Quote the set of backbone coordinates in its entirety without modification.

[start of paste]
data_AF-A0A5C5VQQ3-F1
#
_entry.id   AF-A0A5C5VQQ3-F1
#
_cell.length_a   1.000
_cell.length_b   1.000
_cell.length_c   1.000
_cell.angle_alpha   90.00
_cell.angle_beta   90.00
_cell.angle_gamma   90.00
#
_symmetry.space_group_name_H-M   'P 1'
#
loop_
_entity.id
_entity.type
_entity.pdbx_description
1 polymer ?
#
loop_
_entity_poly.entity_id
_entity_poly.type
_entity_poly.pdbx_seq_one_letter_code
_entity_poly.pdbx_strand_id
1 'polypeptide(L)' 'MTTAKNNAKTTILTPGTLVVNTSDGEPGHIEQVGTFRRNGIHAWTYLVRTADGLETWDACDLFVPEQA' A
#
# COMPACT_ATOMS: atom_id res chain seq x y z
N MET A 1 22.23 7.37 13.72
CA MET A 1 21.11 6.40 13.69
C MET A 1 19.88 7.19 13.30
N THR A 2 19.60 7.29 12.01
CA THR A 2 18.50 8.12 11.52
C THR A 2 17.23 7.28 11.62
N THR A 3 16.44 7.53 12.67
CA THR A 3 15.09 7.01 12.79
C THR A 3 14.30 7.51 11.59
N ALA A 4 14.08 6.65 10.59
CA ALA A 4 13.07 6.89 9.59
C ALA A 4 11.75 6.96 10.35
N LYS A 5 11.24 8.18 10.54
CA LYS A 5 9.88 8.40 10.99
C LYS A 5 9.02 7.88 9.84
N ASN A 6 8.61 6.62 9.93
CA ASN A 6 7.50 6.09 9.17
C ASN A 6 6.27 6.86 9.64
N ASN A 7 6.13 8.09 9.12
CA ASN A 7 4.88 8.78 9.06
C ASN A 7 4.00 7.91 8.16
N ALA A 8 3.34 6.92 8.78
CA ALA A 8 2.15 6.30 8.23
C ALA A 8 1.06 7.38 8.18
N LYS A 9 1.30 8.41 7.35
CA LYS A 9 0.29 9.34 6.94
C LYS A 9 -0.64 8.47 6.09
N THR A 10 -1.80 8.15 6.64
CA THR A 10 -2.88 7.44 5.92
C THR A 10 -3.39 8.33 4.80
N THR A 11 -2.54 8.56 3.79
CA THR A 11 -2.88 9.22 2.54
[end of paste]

data_AF-A0A5C5VQQ3-F1
#
_entry.id   AF-A0A5C5VQQ3-F1
#
_cell.length_a   1.000
_cell.length_b   1.000
_cell.length_c   1.000
_cell.angle_alpha   90.00
_cell.angle_beta   90.00
_cell.angle_gamma   90.00
#
_symmetry.space_group_name_H-M   'P 1'
#
loop_
_entity.id
_entity.type
_entity.pdbx_description
1 polymer ?
#
loop_
_entity_poly.entity_id
_entity_poly.type
_entity_poly.pdbx_seq_one_letter_code
_entity_poly.pdbx_strand_id
1 'polypeptide(L)' 'MTTAKNNAKTTILTPGTLVVNTSDGEPGHIEQVGTFRRNGIHAWTYLVRTADGLETWDACDLFVPEQA' A
#
# COMPACT_ATOMS: atom_id res chain seq x y z
N MET A 1 22.23 7.37 13.72
CA MET A 1 21.11 6.40 13.69
C MET A 1 19.88 7.19 13.30
N THR A 2 19.60 7.29 12.01
CA THR A 2 18.50 8.12 11.52
C THR A 2 17.23 7.28 11.62
N THR A 3 16.44 7.53 12.67
CA THR A 3 15.09 7.01 12.79
C THR A 3 14.30 7.51 11.59
N ALA A 4 14.08 6.65 10.59
CA ALA A 4 13.07 6.89 9.59
C ALA A 4 11.75 6.96 10.35
N LYS A 5 11.24 8.18 10.54
CA LYS A 5 9.88 8.40 10.99
C LYS A 5 9.02 7.88 9.84
N ASN A 6 8.61 6.62 9.93
CA ASN A 6 7.50 6.09 9.17
C ASN A 6 6.27 6.86 9.64
N ASN A 7 6.13 8.09 9.12
CA ASN A 7 4.88 8.78 9.06
C ASN A 7 4.00 7.91 8.16
N ALA A 8 3.34 6.92 8.78
CA ALA A 8 2.15 6.30 8.23
C ALA A 8 1.06 7.38 8.18
N LYS A 9 1.30 8.41 7.35
CA LYS A 9 0.29 9.34 6.94
C LYS A 9 -0.64 8.47 6.09
N THR A 10 -1.80 8.15 6.64
CA THR A 10 -2.88 7.44 5.92
C THR A 10 -3.39 8.33 4.80
N THR A 11 -2.54 8.56 3.79
CA THR A 11 -2.88 9.22 2.54